J. P. Morgan's 64% Note Tied to TiVo Stock Shows Risks of Reverse Convertibles
Bloomberg issued a news release reporting on the reverse convertible, a structured product, on TiVo.
A reverse convertible note is a type of structured product that is linked to an equity security or an index. It is a short-term note that pays a relatively high coupon rate compared to traditional notes. The returns of the note at maturity depends on whether the equity, called ‘reference asset’, falls below a pre-specified trigger price during the term of the note. If it does, then the note returns the market value of the number of shares of the reference asset which could have been purchased on the note’s pricing date with the note’s face value. If it does not, then the note returns its face value.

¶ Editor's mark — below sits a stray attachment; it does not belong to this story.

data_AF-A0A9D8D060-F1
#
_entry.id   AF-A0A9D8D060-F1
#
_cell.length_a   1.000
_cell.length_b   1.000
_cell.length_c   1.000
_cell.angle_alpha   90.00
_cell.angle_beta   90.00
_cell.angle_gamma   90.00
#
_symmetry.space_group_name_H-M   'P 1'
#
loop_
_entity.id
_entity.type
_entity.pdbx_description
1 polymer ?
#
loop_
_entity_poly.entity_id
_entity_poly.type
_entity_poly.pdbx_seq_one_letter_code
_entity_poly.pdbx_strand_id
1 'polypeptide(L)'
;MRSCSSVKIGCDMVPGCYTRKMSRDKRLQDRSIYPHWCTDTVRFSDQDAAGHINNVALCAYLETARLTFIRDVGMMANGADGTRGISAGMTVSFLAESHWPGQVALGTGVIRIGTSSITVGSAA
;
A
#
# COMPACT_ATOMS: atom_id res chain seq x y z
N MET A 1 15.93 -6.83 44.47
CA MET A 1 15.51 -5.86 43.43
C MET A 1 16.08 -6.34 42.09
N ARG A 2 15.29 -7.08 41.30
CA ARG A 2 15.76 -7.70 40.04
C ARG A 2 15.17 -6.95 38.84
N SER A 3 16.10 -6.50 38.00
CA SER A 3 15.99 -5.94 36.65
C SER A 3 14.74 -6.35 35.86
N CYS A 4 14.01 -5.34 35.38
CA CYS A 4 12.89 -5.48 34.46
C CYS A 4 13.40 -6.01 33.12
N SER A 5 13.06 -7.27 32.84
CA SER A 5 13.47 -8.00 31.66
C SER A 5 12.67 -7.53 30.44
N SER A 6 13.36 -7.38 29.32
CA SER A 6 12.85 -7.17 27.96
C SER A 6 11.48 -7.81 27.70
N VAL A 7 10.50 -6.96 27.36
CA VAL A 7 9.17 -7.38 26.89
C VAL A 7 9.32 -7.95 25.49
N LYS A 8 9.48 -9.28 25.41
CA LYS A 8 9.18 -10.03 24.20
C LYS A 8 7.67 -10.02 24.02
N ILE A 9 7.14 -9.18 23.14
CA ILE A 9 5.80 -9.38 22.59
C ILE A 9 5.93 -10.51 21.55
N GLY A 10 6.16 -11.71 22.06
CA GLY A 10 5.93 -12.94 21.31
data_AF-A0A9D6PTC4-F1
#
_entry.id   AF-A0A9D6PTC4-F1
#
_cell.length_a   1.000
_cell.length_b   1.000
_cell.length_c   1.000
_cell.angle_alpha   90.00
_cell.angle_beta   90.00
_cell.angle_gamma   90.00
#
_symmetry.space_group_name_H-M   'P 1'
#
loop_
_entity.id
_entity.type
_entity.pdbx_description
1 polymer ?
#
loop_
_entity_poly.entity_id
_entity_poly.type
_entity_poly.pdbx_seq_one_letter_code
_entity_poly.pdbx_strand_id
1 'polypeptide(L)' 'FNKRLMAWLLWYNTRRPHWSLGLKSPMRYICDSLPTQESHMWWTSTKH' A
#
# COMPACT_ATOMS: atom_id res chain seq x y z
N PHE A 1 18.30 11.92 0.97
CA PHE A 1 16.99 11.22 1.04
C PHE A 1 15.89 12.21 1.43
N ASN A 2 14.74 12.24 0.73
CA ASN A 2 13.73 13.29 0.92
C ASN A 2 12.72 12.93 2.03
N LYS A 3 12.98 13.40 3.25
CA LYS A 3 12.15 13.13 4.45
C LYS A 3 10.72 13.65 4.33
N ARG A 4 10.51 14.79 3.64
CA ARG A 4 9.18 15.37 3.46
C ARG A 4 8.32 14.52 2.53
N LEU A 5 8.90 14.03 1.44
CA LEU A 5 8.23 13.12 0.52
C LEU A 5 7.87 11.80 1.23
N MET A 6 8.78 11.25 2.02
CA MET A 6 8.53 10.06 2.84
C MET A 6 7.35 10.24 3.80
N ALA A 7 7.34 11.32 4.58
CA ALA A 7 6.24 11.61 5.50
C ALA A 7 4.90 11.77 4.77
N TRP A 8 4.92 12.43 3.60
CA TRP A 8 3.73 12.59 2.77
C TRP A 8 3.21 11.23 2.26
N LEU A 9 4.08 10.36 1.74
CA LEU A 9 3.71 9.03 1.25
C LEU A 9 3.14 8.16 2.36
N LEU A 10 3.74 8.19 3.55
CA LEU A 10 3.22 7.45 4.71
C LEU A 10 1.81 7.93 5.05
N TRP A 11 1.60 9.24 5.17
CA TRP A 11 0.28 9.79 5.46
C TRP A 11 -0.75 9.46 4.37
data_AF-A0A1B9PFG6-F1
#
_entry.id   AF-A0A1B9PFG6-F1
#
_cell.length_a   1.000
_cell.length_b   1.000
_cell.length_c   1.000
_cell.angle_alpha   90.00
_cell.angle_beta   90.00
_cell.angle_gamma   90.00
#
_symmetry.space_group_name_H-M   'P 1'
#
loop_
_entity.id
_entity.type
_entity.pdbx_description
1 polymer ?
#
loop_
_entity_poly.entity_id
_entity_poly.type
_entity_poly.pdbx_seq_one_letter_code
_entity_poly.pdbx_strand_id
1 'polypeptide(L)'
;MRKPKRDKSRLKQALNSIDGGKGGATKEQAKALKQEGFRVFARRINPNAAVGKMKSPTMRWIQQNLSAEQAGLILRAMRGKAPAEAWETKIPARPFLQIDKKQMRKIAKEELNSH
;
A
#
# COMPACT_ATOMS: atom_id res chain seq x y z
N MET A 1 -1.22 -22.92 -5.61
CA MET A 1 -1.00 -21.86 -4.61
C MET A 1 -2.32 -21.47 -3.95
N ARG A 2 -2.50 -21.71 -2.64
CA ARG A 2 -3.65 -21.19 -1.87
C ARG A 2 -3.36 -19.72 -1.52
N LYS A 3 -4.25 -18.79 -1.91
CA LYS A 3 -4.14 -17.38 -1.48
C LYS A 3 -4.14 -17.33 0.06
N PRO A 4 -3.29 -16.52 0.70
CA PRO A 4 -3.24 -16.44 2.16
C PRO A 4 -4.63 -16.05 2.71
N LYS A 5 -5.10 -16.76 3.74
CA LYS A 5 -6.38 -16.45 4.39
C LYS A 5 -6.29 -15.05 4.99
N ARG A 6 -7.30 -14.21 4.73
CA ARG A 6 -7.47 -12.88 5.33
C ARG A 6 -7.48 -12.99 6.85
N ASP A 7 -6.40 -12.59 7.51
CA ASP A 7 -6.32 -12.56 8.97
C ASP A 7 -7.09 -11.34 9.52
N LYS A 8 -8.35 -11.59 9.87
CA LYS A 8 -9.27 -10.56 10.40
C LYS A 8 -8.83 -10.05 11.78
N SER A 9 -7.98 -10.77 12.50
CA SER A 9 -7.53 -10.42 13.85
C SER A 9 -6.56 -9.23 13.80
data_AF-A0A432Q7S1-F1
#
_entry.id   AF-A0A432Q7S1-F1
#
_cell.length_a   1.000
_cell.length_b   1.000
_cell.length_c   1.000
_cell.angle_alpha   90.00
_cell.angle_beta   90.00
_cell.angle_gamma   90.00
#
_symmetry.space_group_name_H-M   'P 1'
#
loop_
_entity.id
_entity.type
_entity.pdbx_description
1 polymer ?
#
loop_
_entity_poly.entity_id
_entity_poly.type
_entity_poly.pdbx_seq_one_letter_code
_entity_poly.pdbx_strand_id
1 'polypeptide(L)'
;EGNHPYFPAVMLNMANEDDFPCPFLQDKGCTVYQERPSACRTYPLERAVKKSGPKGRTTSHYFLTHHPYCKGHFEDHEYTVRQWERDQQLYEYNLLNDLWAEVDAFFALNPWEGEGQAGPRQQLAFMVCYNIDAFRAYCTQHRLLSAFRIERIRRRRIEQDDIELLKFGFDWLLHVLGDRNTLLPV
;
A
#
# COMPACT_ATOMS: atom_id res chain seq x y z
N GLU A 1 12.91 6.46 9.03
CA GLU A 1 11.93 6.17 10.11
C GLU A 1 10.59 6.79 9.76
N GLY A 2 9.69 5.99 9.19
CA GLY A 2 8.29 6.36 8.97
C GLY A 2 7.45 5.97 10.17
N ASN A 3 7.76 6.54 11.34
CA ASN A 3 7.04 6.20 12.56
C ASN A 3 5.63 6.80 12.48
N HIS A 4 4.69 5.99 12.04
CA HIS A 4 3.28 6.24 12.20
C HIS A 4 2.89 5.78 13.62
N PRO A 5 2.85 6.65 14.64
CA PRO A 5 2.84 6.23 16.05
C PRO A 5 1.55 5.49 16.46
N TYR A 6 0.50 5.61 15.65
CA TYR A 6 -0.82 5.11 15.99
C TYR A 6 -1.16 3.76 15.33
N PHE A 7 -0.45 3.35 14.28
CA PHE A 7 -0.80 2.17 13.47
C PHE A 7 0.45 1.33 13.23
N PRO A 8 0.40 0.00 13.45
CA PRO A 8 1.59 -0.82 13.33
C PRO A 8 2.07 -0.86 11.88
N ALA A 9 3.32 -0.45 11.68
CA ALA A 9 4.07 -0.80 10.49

SLCG has written a paper ‘What TiVo and JP Morgan teach us about Reverse Convertibles’ that values and analyzes a large sample of reverse convertible notes. We find that these notes are largely and consistently overpriced, yet reverse convertibles continues to be sold which, combined with the complexity of and the lack of a secondary market for these notes, implies that investors do not fully understand the returns and risks of these notes.
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